Farm Bill fight continues

By Christina Calloway

PNT senior writer

ccalloway@pntonline.com

The Senate may have given an easy ride to its version of a highly-anticipated Farm Bill, but House Democrats and Republicans continue to battle it out in their attempt to pass the bill through the House.

U.S. Reps. Ben Ray Lujan, D-N.M., and Steve Pearce, R-N.M., stand on different sides of a Republican-proposed Farm Bill, which Lujan opposes and Pearce voted for.

“Last month, House Republicans brought a Farm Bill up for a vote that slashed $20 billion from food assistance programs that help families and their children from going hungry when they fall on hard times,” Lujan said in a press release. “House Republicans went one step further by bringing up a new bill that completely removes funding for these programs. At a time when New Mexico leads the nation in child hunger, the last thing we should be doing is attacking programs that help prevent our children from going to bed hungry.”

Pearce admits the bill isn’t a perfect solution but he says he voted for the bill to provide certainty for farmers.

“Since 1973, the legislation commonly referred to as ‘the Farm Bill,’ has included far more than just agricultural policy. Despite the name, the bulk of the legislation has been devoted to critically important nutrition assistance programs many New Mexicans rely on,” Pearce said. “That is why less than a month ago, I voted for a reauthorization of a Farm Bill that included both critical updates to our nation’s agricultural policies and much needed reforms that allow the nutrition assistance to continue for decades to come. Unfortunately, the House was unable to pass this version of the bill on the first attempt.”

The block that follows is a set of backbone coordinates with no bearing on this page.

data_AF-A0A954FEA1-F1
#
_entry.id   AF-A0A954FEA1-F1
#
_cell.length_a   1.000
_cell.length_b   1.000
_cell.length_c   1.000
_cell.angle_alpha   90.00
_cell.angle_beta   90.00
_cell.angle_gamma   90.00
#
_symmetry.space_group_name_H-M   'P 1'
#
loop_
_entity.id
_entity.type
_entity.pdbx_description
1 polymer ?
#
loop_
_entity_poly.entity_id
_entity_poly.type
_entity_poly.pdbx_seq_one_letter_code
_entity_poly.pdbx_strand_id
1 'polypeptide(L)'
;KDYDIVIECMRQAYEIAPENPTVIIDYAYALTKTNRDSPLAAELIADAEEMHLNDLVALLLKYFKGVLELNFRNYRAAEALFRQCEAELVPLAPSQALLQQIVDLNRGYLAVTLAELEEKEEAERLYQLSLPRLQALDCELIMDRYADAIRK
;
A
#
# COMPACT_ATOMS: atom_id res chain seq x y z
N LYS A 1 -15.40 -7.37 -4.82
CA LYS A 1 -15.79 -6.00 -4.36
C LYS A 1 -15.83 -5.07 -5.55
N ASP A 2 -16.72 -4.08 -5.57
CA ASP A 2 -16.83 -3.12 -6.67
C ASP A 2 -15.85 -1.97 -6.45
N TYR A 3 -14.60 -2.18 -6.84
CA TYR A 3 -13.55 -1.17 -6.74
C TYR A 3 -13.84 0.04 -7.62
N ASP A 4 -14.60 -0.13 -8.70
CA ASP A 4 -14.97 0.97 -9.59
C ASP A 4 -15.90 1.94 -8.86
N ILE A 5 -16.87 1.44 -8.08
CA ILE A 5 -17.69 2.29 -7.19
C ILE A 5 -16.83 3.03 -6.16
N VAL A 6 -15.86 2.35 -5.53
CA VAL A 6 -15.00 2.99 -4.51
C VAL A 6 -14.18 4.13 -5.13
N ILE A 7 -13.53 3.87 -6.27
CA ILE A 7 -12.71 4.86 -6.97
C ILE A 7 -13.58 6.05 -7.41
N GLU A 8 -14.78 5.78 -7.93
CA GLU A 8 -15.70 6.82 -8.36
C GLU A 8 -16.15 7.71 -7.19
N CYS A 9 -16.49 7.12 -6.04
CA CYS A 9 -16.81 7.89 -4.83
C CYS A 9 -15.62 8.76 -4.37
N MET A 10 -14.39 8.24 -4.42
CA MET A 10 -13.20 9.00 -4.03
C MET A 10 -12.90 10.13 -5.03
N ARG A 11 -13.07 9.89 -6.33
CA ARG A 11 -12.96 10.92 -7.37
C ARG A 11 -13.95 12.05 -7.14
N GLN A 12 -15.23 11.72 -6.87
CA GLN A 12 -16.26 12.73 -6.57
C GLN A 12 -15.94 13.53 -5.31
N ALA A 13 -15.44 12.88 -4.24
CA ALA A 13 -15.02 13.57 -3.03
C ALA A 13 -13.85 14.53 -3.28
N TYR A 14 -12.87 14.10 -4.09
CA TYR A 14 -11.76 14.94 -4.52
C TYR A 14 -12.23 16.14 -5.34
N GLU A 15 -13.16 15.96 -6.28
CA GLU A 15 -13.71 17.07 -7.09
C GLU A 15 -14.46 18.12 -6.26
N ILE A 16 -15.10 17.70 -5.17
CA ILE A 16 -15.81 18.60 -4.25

Pearce says in order to provide necessary certainty to both farmers and working families of New Mexico, the House version of the bill needed to be divided into an agriculture bill and a nutritional assistance bill.

“This is not a perfect solution,” Pearce said. “We as a Congress must provide farmers and hardworking families nationwide with the certainty this legislation offers. The assurances nutrition assistance programs provide are too important to be denied and should be addressed immediately.”

Pearce said the separate bills provide an opportunity to remove waste, fraud, and abuse from these programs.

Lujan sees the Republicans’ actions as a ploy to take away nutritional programs for families.

“House Republicans have said this is a necessary step to extend farm programs, but it is nothing more than a cynical attempt to hide the fact that a significant number of my Republican colleagues, especially Tea Party Republicans, want to gut nutritional programs that help so many New Mexico families,” Lujan said. “In fact, this bill does nothing to support New Mexico’s dairy producers. House Republicans stripped out the Dairy Stabilization Program, a key component to dairy policy reform that would have helped producers across New Mexico.”

Pearce says the bill also includes an amendment with other western representatives that requires the secretary of agriculture to conduct a study on current U.S. Department of Agriculture programs related to the lesser prairie chicken.

The amendment would require the secretary to study and analyze the economic impact and effectiveness of these programs within 90 days of enactment, according to Pearce.

“This provision will help protect New Mexico jobs and give New Mexicans more ability to participate in a decision that would have a major impact on their communities and the state,” Pearce said.

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